In the late 50's, Simon Magus is rewarded for his loyalty to Rome with kingship in Armenia (under the name Tigranes II). During this time, he also openly travels with the renowed Helen as his consort and proclaims that he is the (successor to) Christ and the "Power of God", likely referring to his election to kingship in Armenia by Caesar and as heir apparent to the elderly Aristobulus III/Jesus. In 66 B.C., Tigranes made a famous visit to Rome (reported by several Roman authors). This visit was probably the inspiration for the highly fanciful account of Peter's confrontation with Simon Magus in Rome found in the apocryphal Acts of Peter.

Simon Magus would have been one of the brother of Jesus, and likely was originally included among his disciples. However, Simon Magus is replaced by Simon the Zealot. Simon Magus was the opposite of a Zealot. He was a liberal and a proponent of submission to Rome. Simon Peter, as Joe Atwill has now placed beyond all doubt, was a true Zealot. Simon the Zealot (of the Gospels) would then be only another alias of Simon Peter.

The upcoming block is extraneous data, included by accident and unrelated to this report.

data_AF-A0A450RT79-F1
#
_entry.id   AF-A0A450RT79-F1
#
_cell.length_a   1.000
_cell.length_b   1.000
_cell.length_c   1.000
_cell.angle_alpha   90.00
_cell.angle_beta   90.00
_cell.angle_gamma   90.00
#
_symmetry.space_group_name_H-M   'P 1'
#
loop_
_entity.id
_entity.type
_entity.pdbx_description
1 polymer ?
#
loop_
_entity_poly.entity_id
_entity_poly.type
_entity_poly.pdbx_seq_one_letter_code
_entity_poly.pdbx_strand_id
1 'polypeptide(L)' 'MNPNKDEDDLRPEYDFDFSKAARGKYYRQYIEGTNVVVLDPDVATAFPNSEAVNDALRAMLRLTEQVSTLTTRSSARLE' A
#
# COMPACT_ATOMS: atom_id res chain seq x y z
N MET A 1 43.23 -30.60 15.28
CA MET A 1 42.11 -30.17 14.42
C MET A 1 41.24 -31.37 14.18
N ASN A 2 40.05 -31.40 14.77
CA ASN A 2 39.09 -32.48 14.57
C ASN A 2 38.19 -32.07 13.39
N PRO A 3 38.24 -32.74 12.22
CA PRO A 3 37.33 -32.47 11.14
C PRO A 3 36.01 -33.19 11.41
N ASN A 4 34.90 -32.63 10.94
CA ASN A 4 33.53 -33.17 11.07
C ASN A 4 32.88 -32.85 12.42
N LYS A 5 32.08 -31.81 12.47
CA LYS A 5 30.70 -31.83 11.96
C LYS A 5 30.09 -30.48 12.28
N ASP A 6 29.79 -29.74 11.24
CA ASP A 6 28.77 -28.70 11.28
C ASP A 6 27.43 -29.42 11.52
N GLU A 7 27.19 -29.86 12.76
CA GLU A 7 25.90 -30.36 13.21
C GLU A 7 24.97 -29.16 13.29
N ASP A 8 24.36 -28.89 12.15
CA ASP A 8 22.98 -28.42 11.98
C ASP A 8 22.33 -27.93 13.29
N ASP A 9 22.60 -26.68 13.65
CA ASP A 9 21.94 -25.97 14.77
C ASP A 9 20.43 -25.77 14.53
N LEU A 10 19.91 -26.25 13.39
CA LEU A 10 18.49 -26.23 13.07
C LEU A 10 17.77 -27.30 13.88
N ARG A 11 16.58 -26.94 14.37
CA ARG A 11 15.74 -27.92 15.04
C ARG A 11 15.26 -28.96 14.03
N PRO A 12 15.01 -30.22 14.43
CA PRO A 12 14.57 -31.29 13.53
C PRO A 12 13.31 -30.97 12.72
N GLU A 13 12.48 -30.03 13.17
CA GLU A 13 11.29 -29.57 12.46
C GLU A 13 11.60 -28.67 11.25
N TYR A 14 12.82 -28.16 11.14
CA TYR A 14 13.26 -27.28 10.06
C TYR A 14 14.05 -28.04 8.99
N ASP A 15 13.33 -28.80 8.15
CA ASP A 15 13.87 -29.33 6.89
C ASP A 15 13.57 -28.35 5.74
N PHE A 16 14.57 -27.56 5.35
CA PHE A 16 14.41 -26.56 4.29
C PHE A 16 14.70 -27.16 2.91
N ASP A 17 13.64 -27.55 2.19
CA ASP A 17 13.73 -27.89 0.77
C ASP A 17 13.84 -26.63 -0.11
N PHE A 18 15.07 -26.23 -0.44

Another brother of Jesus is called Jose. As Robert Eisenman notes, this name is actually more closely related to the name Jesus than it is to Joseph. Eisenman concludes that Jose is an alterego of Jesus. However, it is more likely that Jose corresponds to John the son of Zebedee. This John was a "twin" of Jesus in the role of Joshua.

7) In apocryphal writings, the deaths of Andrew and Peter are both attributed to the proselytizing of high-ranking women. Both obviously had the access and ability to win over noble women throughout the Roman Empire, but that would not have been the primary factor leading to their deaths. Peter/Simon was either crucified upside down or beheaded in Rome. James/Andrew was stoned to death in Jerusalem.